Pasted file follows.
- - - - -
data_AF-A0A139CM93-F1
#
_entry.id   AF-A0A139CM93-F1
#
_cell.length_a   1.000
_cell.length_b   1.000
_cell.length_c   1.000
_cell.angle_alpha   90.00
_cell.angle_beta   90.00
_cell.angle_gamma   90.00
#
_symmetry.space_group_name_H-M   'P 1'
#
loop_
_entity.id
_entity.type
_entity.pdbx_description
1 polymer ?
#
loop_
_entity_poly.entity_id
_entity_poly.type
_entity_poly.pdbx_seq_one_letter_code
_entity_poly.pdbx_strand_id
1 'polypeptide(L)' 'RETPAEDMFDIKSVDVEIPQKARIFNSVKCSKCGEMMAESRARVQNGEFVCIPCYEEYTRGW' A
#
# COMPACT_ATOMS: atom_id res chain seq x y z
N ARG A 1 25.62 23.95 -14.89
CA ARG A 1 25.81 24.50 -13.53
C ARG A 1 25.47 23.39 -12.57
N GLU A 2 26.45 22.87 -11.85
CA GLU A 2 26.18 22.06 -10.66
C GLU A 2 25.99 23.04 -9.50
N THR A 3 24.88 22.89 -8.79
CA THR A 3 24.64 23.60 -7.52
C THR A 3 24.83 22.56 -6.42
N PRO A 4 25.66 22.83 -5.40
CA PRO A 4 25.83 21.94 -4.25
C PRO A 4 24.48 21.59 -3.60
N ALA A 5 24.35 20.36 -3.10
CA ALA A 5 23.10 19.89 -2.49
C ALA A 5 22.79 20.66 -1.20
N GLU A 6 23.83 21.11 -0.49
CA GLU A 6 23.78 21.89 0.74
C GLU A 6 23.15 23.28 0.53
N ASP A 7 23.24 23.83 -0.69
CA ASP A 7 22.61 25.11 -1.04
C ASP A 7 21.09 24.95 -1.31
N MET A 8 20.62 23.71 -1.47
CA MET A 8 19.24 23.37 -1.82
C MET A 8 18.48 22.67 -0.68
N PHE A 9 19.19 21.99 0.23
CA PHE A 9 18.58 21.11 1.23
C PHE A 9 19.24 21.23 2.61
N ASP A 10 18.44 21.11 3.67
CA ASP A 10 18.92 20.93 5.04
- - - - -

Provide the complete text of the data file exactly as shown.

data_AF-A0A139CM93-F1
#
_entry.id   AF-A0A139CM93-F1
#
_cell.length_a   1.000
_cell.length_b   1.000
_cell.length_c   1.000
_cell.angle_alpha   90.00
_cell.angle_beta   90.00
_cell.angle_gamma   90.00
#
_symmetry.space_group_name_H-M   'P 1'
#
loop_
_entity.id
_entity.type
_entity.pdbx_description
1 polymer ?
#
loop_
_entity_poly.entity_id
_entity_poly.type
_entity_poly.pdbx_seq_one_letter_code
_entity_poly.pdbx_strand_id
1 'polypeptide(L)' 'RETPAEDMFDIKSVDVEIPQKARIFNSVKCSKCGEMMAESRARVQNGEFVCIPCYEEYTRGW' A
#
# COMPACT_ATOMS: atom_id res chain seq x y z
N ARG A 1 25.62 23.95 -14.89
CA ARG A 1 25.81 24.50 -13.53
C ARG A 1 25.47 23.39 -12.57
N GLU A 2 26.45 22.87 -11.85
CA GLU A 2 26.18 22.06 -10.66
C GLU A 2 25.99 23.04 -9.50
N THR A 3 24.88 22.89 -8.79
CA THR A 3 24.64 23.60 -7.52
C THR A 3 24.83 22.56 -6.42
N PRO A 4 25.66 22.83 -5.40
CA PRO A 4 25.83 21.94 -4.25
C PRO A 4 24.48 21.59 -3.60
N ALA A 5 24.35 20.36 -3.10
CA ALA A 5 23.10 19.89 -2.49
C ALA A 5 22.79 20.66 -1.20
N GLU A 6 23.83 21.11 -0.49
CA GLU A 6 23.78 21.89 0.74
C GLU A 6 23.15 23.28 0.53
N ASP A 7 23.24 23.83 -0.69
CA ASP A 7 22.61 25.11 -1.04
C ASP A 7 21.09 24.95 -1.31
N MET A 8 20.62 23.71 -1.47
CA MET A 8 19.24 23.37 -1.82
C MET A 8 18.48 22.67 -0.68
N PHE A 9 19.19 21.99 0.23
CA PHE A 9 18.58 21.11 1.23
C PHE A 9 19.24 21.23 2.61
N ASP A 10 18.44 21.11 3.67
CA ASP A 10 18.92 20.93 5.04